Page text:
In 1861 Richard Sims wrote the manual for the genealogist which provides some potential sources I had not considered. For example Knights Fees were well documented and there are books available online.
The preface of the book points to the challenges in 1861, which somehow feel very similar today.
Richard Sims 1861: The study of Heraldry and Genealogy, like that of many other sciences, is approached by no “royal road,” but is beset with difficulties sufficiently great to deter all but the most enthusiastic, from the pursuit of an employment to all appearances so dry and unprofitable.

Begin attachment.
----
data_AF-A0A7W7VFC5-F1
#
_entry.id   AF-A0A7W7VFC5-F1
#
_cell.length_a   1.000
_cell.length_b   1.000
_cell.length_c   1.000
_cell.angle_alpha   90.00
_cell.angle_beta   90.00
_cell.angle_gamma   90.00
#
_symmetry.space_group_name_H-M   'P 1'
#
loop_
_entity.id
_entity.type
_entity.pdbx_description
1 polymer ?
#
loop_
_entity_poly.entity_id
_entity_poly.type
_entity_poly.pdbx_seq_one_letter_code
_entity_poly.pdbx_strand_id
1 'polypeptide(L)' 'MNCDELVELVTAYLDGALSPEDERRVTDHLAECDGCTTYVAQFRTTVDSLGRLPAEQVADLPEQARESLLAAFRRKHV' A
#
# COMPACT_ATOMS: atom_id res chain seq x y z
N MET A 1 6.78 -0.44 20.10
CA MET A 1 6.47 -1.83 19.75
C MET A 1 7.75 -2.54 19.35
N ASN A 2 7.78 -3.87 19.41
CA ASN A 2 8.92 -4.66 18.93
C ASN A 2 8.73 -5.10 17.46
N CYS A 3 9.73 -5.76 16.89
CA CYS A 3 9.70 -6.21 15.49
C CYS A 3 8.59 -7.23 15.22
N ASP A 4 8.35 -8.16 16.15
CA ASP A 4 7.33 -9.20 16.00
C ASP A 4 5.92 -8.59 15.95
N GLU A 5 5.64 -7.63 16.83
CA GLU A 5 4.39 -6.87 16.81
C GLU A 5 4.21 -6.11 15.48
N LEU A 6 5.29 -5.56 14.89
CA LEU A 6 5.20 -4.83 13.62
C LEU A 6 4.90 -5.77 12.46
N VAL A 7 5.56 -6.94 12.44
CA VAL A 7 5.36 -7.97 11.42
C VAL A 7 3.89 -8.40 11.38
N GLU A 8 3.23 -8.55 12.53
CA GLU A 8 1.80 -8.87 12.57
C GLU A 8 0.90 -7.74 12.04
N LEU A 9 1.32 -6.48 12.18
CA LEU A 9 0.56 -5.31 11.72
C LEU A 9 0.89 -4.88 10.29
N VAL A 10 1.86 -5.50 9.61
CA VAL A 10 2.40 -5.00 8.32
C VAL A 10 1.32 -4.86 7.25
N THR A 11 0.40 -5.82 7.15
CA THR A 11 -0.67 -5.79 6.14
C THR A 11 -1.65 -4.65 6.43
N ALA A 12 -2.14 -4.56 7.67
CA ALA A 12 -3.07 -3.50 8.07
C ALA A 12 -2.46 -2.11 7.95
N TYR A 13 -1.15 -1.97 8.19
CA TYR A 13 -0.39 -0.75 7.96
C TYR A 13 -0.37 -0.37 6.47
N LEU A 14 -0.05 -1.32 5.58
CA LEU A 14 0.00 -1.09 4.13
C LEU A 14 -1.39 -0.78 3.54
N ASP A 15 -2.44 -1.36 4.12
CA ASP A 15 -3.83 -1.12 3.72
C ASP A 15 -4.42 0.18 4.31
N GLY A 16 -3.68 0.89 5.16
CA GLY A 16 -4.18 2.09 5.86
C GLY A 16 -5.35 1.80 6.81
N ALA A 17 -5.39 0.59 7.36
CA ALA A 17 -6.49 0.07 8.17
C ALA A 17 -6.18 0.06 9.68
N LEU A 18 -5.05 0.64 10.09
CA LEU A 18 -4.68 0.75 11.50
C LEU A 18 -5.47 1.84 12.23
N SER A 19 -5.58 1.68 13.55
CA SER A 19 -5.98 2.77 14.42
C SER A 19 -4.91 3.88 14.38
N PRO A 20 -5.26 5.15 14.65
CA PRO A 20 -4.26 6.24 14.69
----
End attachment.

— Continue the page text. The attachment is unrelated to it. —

Nevertheless, the number of students in this useful department of history is daily on the increase; hundreds of persons derive pleasure from this mode of passing their leisure hours, whilst there are very many, who laboring under some real or fancied wrong toil incessantly for the discovery of facts wherewith to connect the broken chain of a descent, and establish a claim to wealth or title, long since apparently within their grasp.
The materials existing for the successful prosecution of such pursuits are numerous and scattered : some jealously guarded and rendered nearly unapproachable by the heavy fees demanded for their production, whilst others, and we rejoice to say by far the greater portion, are readily accessible to every inquirer, who knows where and how to seek for them.
Manual for the genealogist 1861 Great Britain